The private keys are included for both reproduction (which only needs
the public key) and verification (which necessitates the private key).

If I can put an online repository together, I can change the examples
to just include the public keys; otherwise would the following in 5.1
(and 5.2) be sufficient?

   Note that only the RSA public key is necessary to perform the
   encryption.  However, the example includes the RSA private key to
   allow readers to validate the example's output.


> • 5.3.1: the "plaintext content" is a list of keys, which is
> either confusing to the reader, or an actual error in the
> document.
> 

It is not in error.  The most common usecase for password-based
encryption was the import and export of key sets, and the Working
Group desired a thorough example.

Would it help if the following is added to 5.3?

   A common use of password-based encryption is the import/export of
   keys.  Therefore this example uses a JWK Set for the plaintext
   content instead of the plaintext from figure 72.


> • 5.3.5: In the General Serialization version, I don't understand
> why only the encrypted key is per-recipient. I would expect the
> PBES2 parameters too (e.g., the salt)  to be per-recipient.
> Presumably each of them is using a different password, and there's
> no reason to use a common salt. Similarly in 5.4.5.
> 

For compatibility across serializations (compact, general JSON,
flattened JSON), all of the parameters need to be in the JWE Protected
Header.  In the general serialization, that means only the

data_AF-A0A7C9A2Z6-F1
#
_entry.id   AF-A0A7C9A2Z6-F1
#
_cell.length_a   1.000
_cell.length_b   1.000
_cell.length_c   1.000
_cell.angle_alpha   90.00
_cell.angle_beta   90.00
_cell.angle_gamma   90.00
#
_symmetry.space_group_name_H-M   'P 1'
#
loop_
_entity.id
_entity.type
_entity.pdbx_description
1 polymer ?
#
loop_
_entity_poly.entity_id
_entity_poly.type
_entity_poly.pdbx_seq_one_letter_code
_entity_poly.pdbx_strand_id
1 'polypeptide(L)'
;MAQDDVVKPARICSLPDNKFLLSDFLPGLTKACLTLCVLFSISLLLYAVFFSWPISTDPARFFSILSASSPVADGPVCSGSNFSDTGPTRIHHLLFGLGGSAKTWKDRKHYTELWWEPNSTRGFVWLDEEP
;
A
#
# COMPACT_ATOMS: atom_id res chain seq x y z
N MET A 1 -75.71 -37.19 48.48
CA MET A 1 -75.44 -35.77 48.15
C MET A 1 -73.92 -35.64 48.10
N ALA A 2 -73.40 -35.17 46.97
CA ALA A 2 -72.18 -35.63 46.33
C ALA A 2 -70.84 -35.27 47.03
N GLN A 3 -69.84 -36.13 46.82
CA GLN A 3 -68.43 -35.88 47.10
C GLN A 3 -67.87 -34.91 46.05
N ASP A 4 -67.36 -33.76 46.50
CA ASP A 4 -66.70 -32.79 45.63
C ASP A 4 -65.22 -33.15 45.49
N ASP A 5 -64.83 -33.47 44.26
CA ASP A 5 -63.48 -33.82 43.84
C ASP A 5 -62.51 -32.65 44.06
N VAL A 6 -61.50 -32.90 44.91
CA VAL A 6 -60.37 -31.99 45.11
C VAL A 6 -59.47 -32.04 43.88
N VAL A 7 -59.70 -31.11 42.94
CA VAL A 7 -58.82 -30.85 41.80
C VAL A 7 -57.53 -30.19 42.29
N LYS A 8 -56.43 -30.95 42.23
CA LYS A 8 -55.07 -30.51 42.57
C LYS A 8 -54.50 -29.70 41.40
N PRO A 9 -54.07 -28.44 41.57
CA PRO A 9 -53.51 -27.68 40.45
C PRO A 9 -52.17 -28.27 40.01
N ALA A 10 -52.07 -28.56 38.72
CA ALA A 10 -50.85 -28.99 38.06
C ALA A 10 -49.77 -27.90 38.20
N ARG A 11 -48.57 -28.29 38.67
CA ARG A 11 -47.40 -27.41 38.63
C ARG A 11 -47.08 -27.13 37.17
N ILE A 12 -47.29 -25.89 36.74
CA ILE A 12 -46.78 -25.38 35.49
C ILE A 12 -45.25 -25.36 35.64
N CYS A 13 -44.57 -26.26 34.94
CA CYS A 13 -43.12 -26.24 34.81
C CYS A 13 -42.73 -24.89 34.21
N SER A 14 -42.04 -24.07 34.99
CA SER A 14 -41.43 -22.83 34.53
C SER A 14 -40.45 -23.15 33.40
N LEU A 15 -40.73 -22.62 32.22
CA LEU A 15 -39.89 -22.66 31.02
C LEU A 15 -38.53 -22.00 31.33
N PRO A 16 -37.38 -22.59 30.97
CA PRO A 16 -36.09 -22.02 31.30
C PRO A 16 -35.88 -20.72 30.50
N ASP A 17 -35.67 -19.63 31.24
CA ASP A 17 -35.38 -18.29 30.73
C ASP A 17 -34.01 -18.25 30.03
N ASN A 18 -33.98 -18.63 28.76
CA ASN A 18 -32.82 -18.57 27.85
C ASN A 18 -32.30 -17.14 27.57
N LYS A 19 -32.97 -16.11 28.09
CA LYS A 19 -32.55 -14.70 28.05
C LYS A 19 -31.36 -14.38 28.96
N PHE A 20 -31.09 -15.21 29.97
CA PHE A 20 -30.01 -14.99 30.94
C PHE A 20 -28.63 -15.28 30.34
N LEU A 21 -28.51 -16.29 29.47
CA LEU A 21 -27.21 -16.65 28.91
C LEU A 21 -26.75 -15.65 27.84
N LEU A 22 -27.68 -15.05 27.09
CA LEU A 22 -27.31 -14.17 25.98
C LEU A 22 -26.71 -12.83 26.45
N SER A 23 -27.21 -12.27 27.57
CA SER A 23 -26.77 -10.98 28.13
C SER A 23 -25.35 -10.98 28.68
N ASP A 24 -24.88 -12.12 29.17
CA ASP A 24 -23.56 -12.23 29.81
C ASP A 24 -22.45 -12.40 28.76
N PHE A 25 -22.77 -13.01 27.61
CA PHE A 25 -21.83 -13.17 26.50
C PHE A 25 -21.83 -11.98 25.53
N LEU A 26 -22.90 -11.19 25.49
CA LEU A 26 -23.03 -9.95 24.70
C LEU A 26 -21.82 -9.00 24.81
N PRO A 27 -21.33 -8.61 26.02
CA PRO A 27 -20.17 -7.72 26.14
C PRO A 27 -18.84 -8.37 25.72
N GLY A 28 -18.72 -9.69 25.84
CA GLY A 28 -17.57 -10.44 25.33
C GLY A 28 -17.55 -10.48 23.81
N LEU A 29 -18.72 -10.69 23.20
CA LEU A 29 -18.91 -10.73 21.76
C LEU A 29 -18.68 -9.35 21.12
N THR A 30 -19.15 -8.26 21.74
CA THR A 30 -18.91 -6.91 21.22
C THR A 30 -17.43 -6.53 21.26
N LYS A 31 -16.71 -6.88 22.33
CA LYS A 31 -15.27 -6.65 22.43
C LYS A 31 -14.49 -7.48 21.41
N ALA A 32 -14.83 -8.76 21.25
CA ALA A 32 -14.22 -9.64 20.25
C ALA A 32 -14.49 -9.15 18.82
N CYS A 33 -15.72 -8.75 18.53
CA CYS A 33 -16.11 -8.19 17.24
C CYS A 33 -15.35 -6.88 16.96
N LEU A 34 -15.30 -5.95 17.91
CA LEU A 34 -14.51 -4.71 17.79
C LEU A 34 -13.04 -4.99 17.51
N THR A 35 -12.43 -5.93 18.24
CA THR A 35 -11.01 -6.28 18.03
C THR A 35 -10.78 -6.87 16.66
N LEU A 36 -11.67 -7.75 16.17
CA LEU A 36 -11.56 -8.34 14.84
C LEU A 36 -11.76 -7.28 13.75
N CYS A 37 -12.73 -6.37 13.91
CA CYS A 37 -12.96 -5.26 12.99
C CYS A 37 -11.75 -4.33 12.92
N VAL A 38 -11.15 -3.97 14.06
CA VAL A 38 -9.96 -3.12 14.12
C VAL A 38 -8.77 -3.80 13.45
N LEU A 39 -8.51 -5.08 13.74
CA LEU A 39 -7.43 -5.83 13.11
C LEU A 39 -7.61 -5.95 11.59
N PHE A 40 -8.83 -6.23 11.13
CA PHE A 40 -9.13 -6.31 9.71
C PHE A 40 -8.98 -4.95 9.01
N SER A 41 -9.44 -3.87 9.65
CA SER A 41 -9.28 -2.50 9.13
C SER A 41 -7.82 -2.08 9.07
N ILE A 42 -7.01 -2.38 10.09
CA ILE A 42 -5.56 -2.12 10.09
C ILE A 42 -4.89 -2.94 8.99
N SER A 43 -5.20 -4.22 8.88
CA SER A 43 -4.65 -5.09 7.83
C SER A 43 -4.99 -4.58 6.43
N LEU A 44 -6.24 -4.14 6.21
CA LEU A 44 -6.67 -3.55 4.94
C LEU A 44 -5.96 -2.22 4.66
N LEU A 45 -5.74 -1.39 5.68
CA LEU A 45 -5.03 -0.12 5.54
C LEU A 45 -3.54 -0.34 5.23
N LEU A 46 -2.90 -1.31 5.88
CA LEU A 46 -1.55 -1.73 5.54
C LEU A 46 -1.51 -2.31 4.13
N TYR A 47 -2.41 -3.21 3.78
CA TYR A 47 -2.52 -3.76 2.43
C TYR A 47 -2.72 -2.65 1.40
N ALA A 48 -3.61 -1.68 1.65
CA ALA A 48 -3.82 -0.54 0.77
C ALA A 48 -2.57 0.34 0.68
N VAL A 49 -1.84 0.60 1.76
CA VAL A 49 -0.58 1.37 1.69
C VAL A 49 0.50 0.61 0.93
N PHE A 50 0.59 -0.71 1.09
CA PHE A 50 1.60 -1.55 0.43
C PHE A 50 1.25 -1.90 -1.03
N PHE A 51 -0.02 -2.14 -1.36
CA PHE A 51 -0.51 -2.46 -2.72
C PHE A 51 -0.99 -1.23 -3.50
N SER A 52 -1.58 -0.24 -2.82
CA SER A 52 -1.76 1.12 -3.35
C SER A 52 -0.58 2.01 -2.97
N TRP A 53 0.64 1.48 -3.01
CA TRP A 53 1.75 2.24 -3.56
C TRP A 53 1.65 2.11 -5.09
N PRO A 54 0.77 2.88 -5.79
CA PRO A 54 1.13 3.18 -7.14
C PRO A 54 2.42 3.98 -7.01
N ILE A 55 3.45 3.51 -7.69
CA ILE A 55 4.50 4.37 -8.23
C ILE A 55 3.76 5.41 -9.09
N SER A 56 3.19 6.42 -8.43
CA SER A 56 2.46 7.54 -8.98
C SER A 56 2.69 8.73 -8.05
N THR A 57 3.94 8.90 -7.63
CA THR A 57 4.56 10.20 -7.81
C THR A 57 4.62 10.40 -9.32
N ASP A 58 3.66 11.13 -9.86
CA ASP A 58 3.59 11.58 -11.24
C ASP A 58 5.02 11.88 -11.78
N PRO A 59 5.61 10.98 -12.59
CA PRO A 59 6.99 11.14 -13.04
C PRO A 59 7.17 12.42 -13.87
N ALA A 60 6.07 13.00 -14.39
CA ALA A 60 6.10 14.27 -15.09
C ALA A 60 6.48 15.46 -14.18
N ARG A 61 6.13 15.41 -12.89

"encrypted_key" field is present for the (presumably) sole recipient.

Would it be acceptable if the following were added to 5.3?

   Note that if password-based encryption is used for multiple
   recipients, it is expected that each recipient use different
   values for the PBES2 parameters "p2s" and "p2c".

> • 5.7: same as above, it makes sense for the per-recipient key to
> have an ID, rather than the content encryption key (typically an
> ephemeral key). And then that ID should be in the per-recipient
> data in 5.7.5. And similarly for 5.8. The later Sec. 5.13 shows a
> syntax for multiple recipients that's inconsistent with the
> single-recipient case, which would make sense if we got rid of the
> array.
> 

For compatibility across serializations (compact, general JSON,
flattened JSON), all of the parameters need to be in the JWE Protected
Header.  Also, the mixing of "recipients" and "encrypted_key"/"header"
in the top-level object is not permitted for the general serialization.

> • 5.11: this example seems strange to me - why would anybody NOT
> want to integrity-protect the key ID and algorithm? I would prefer
> a more realistic example, or failing that, a recommendation to
> developers to avoid this practice. Similarly 5.12, which is an even
> worse idea.
> 

Integrity protection was thoroughly discussed in the JOSE WG.  While
there are some limited attacks possible when some parameters are
unprotected, the WG felt there were enough use cases where these
attacks are mitigated through other means that integrity protection of
the part of all of the header is not always required.


> Thanks, Yaron
> 
> _______________________________________________ secdir mailing
> list secdir@ietf.org https://www.ietf.org/mailman/listinfo/secdir 
> wiki: http://tools.ietf.org/area/sec/trac/wiki/SecDirReview

And thanks again for the thorough review.

- -- 
- - m&m

Matt Miller < mamille2@cisco.com >
Cisco Systems, Inc.